The recent Analysis Business Problems (ABP) class involved role play. It was a case study on the Big City Phone Company (BCPC) hovering around the decision to play either in the wholesale or retail space of the High-speed Internet-access Product (HIP) which was then newly introduced (circa early 1999/ 2000). I played Terry Maneri, the Director of Human Resources.
The internet strategy team leader of the company, Chris Berkowitz, had arranged for a meeting with other members of the BCPC team including Morgan Jones, Vice President of Finance, Alex Wilson, Vice President of Marketing, Jan Trow, Senior Project Director of Information Systems, Robin Rhee, Director of Operations Management and Terri (whom I roleplayed). Other classmates played the other roles.
Each participant was given a guideline on participating in the exercise and we were not to reveal the positions we were meant to defend. The exercise was to brainstorm on whether to play in the High-speed Internet-access Products space. Playing the role of Terri, I was meant to be opposed to the idea given the Herculean nature of recruiting and training staff for the project, especially against the backdrop of the meticulous BCPC’s hiring process.
The organisation ranked high in terms of client satisfaction, and it had a reputation for excellence in service delivery. It was not a reputation that was gained overnight.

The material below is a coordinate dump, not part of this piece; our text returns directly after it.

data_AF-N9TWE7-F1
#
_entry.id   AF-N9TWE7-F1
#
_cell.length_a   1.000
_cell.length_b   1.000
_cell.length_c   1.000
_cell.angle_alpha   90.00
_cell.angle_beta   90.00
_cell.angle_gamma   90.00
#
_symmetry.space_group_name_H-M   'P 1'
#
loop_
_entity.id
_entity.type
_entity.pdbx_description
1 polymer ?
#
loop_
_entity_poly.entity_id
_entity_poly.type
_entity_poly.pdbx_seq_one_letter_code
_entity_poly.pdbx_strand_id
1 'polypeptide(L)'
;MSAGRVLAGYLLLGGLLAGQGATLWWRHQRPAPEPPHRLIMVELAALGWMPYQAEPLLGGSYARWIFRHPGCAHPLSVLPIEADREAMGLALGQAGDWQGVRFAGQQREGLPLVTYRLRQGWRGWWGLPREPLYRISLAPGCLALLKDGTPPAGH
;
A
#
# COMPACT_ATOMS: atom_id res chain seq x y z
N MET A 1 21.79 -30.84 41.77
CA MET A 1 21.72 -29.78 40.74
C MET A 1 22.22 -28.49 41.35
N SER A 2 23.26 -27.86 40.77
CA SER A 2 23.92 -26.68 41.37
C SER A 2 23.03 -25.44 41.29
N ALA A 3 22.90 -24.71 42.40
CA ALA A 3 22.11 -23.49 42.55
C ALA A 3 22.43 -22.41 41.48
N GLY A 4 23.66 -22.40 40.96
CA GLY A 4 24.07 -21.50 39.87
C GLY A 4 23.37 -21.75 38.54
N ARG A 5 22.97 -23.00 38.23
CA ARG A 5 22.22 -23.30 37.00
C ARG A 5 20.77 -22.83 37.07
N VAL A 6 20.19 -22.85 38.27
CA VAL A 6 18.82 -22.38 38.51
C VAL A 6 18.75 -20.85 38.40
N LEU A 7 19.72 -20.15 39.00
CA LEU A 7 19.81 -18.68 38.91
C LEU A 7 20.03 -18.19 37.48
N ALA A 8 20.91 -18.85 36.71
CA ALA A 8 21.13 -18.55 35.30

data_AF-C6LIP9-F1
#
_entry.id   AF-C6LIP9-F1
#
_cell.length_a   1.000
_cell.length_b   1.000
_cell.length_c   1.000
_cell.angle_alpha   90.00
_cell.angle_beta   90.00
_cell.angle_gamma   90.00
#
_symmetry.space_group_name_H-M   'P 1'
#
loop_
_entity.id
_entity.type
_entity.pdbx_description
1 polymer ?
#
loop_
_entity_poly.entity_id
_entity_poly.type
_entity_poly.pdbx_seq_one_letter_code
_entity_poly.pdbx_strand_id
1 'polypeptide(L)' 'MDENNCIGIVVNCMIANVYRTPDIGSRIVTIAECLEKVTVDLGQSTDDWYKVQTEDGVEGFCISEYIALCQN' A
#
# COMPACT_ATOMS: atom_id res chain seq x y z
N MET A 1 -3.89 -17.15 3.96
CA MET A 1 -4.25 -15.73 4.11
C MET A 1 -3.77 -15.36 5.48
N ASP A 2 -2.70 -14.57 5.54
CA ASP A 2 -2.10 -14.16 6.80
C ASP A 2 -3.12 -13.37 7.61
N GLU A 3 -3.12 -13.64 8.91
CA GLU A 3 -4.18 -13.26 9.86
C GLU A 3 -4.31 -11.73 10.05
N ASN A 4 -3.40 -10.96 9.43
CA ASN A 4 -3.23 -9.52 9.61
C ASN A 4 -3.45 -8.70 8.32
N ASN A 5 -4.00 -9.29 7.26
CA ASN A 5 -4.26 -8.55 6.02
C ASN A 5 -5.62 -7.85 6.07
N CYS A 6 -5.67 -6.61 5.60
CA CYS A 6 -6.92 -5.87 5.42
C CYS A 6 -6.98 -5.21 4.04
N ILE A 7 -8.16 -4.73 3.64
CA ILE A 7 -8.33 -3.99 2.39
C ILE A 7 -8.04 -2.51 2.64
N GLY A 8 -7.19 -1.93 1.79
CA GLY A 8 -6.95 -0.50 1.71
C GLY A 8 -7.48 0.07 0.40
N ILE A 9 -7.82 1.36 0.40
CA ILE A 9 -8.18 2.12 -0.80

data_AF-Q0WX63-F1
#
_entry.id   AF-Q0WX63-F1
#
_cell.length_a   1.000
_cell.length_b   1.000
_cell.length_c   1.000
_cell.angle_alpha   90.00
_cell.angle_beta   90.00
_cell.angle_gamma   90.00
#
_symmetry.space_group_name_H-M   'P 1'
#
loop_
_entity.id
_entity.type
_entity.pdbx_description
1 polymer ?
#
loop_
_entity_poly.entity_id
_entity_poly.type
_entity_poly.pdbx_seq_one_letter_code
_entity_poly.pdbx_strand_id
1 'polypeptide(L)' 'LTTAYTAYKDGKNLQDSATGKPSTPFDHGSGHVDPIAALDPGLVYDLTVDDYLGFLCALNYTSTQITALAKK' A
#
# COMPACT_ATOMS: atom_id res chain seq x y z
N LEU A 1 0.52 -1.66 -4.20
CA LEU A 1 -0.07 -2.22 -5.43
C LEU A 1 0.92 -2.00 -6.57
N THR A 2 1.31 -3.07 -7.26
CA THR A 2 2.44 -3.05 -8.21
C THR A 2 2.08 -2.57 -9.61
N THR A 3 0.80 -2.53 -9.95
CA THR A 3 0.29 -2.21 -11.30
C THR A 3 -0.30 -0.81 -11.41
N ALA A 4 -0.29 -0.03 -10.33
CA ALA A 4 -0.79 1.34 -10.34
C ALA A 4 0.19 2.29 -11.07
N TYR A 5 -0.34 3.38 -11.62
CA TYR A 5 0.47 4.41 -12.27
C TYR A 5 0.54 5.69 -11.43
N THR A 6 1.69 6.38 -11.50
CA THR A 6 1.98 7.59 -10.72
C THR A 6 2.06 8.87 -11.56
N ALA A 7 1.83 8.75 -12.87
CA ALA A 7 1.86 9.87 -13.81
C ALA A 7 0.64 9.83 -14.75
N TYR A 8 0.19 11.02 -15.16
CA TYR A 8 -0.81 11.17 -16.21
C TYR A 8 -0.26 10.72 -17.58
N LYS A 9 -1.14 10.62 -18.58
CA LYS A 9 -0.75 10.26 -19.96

Jan Trow and Robin Rhee were also meant to be opposed to the role out, citing various reasons which were also tied to the unpreparedness of BCPC to embark on the project. Chris, it was later revealed, had to do toe the line of the BCPC Chief Executive Officer who felt the need to roll out operations. What perhaps jolted me, and perhaps other classmates, was the revelation that Morgan Jones, the Vice President of Finance, would get a bonus if the attendees at the meeting agree to roll out the project.
It was at that point that the reality of the exercise we just embarked upon hit me. All the while, Morgan had argued about the potential profitability of the project as well as the availability of finances to execute the project. This was even as he listened to the submission of the Human Resources Director about the difficulty of hiring staff, as well as the potential pitfalls pointed out by Jan and Robin.
This sort of exercise was not new to me as I had gone through this on the Global Virtual Teams course held earlier. It is not uncommon for individuals to have personal decisions driving their positions. People will always negotiate over factors such as time for and potential venues for meetings and even representatives just to get things in their favour. But perhaps putting the fortunes of an organisation at risk to satisfy pecuniary benefits was the highlight of the case for me. I was startled because I did not see it coming.
This is why it is important to take cognisance of the impact of decisions on those who may be saddled with the responsibility of making them. It is worth taking a second look at what decision-makers stand to gain from making certain decisions.